PALO ALTO, Calif. Despite daunting technical hurdles, minuscule market acceptance and rampant vendor mortality, reconfigurable computing has demonstrated significant advantages in some applications. And that fact keeps luring design teams to try their hands.
The latest entrant to make public disclosure is a faculty-student team from Carnegie Mellon University (Pittsburgh) that was represented here this week at the Hot Chips conference by authors Benjamin Levine and Herman Schmit. The team's architecture is PipeRench.
The authors' description of PipeRench began with a significant departure from all other announced reconfigurable computing devices. Rather than being based on a specific piece of hardware, PipeRench is a virtual machine. Specifically, it is a virtual, reconfigurable pipelined data path. Each stage in the pipeline includes a stripe of computing elements, storage registers and interconnect designed to implement nearly any particular case of a computing data path with high efficiency.
In the Carnegie Mellon approach, data path requirements are described in a high-level language called DIL and then compiled into the virtual architecture. The virtual architecture can be actualized in any number of ways, including software simulation, conventional FPGAs or as described at Hot Chips a specialized programmable logic fabric.
The chip in question is architecturally very similar to the virtual machine, comprising a pipeline of stripes, each stripe holding computing elements and registers. The primary difference between the virtual and actual data path is that the virtual machine contains an arbitrary number of pipeline stages, while the chip contains precisely 16.
Each of these stages, or stripes, contains 16 computing elements, each of which in turn comprises an 8-bit ALU with preshifting and carry logic and a file of 8 8-bit registers. The carry and shift logic strings together each of the elements in a stripe so that elements can be grouped to provide wider data paths or can be isolated to perform several independent operations in a stripe.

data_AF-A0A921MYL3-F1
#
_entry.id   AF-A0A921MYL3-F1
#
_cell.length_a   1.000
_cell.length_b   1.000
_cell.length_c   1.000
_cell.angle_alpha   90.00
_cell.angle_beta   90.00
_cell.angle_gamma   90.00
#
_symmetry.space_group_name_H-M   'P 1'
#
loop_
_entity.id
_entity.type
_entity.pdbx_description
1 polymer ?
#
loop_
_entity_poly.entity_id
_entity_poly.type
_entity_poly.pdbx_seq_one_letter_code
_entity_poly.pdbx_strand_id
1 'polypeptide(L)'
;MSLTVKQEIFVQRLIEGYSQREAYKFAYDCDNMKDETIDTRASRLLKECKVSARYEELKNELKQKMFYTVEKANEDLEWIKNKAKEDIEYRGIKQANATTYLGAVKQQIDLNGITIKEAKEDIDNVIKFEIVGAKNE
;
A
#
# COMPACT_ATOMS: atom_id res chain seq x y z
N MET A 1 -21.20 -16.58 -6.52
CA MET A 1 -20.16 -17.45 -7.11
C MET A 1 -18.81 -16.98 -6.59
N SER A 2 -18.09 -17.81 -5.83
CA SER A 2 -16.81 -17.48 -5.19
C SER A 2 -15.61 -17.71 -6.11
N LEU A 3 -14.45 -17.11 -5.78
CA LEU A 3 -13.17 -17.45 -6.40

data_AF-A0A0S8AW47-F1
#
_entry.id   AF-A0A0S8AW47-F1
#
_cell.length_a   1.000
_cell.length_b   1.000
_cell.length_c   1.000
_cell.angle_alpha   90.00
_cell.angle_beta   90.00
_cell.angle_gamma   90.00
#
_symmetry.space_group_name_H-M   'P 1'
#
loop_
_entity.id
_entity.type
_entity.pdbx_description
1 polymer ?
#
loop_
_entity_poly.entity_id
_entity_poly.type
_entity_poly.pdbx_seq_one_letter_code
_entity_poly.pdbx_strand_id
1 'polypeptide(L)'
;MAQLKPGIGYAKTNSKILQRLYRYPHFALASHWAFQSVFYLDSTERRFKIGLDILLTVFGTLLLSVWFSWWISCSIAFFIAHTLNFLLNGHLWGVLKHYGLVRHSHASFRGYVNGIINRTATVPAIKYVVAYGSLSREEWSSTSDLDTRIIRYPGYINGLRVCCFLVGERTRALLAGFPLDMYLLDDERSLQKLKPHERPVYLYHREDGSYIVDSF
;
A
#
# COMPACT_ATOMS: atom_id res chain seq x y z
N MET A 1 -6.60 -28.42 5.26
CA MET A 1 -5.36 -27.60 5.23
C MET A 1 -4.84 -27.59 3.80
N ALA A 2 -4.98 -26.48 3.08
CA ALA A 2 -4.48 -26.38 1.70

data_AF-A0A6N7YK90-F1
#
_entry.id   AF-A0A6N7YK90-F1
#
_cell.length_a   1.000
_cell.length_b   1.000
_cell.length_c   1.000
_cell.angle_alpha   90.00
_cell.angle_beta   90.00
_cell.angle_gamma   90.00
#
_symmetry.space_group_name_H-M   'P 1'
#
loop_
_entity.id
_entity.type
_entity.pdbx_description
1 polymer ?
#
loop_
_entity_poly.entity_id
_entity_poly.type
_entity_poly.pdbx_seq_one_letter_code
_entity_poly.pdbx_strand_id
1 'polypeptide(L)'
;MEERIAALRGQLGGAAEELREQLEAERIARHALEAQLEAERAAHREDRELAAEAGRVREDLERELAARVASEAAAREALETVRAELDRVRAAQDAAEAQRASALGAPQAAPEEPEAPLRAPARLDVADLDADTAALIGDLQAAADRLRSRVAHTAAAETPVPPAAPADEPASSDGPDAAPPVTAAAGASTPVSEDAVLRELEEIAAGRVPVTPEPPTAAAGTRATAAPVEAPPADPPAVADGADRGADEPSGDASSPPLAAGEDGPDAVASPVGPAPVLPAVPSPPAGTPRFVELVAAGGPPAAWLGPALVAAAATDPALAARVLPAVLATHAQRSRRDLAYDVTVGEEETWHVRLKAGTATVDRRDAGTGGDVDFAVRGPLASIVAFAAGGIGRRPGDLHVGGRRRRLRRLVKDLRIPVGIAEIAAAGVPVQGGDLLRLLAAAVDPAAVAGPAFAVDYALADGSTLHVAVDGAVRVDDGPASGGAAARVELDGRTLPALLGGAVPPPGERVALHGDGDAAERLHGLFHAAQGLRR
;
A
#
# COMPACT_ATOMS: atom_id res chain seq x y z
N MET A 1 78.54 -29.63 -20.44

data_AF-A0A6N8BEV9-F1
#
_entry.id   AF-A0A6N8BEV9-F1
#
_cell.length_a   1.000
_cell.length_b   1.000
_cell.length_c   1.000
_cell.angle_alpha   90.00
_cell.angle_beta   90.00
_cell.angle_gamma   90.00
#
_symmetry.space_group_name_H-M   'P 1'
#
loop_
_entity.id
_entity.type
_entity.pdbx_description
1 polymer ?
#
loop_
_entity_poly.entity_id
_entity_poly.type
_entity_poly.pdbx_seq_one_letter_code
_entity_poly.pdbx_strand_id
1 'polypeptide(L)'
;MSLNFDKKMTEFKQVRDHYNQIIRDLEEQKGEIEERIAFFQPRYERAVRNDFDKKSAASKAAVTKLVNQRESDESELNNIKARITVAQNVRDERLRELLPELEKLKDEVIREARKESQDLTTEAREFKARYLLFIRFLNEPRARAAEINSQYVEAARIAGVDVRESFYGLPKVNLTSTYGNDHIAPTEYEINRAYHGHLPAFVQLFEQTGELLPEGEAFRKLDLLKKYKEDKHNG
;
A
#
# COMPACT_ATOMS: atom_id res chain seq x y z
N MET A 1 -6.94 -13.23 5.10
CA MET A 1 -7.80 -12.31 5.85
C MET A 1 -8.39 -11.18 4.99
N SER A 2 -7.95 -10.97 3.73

A unique part of the design is that the hardware more or less automatically moves all of the register contents from each stripe to the next stripe in the pipeline on each cycle. So data flows automatically through the pipeline until it is replaced by ALU results or killed. Global buses span all the pipeline stages to provide for data insertion, bypassing and the like.
The chip has been implemented in partnership with inveterate experimenter STMicroelectronics in 0.18-micron, six-metal CMOS. The 16-element by 16-stripe array, with accompanying buses, control and configuration logic, adds up to 3.65 million transistors in just under 50 mm2. The fabric cycles at 120 MHz and consumes under 3 watts.
The researchers stated that the entire fabric can be reconfigured in 133 ns and that it can switch between applications presumably on the assumption that both configurations are resident in the configuration registers in 8 ns.
The presenters said that the chip can perform a 40-tap, 16-bit FIR at 41.8 Msamples/s. As is characteristic of reconfigurable techniques, the chip avoids having to implement multiply-accumulators by compiling the tap coefficients into the hardware configuration, reducing a multiply-accumulate to a logic transform.
Similarly, an Idea encryption was compiled into the virtual machine in less than 1 minute and implemented on the chip with 450-Mbit/s performance. That's about six times the throughput of a Pentium III, according to the authors.
The approach appears similar to that used by Adaptive Silicon, which also had a fabric based on an array of narrow ALUs but without such explicit pipelining. That organization was purchased by LSI Logic and the design experimented with and abandoned. Now founders of the company are reportedly trying to reconstitute it and to resurrect the architecture.
In the past, achieving adequate performance and power dissipation over a wide range of applications has been an issue for many reconfigurable architectures, which after all pay a price for their run-time configurability. In addition, programming has proved daunting.
But with the virtual-machine concept possibly offering an easier path from behavioral description to chip configuration, and with the noteworthy power figures reported, the PipeRench architecture has begun to set itself apart from its neighbors.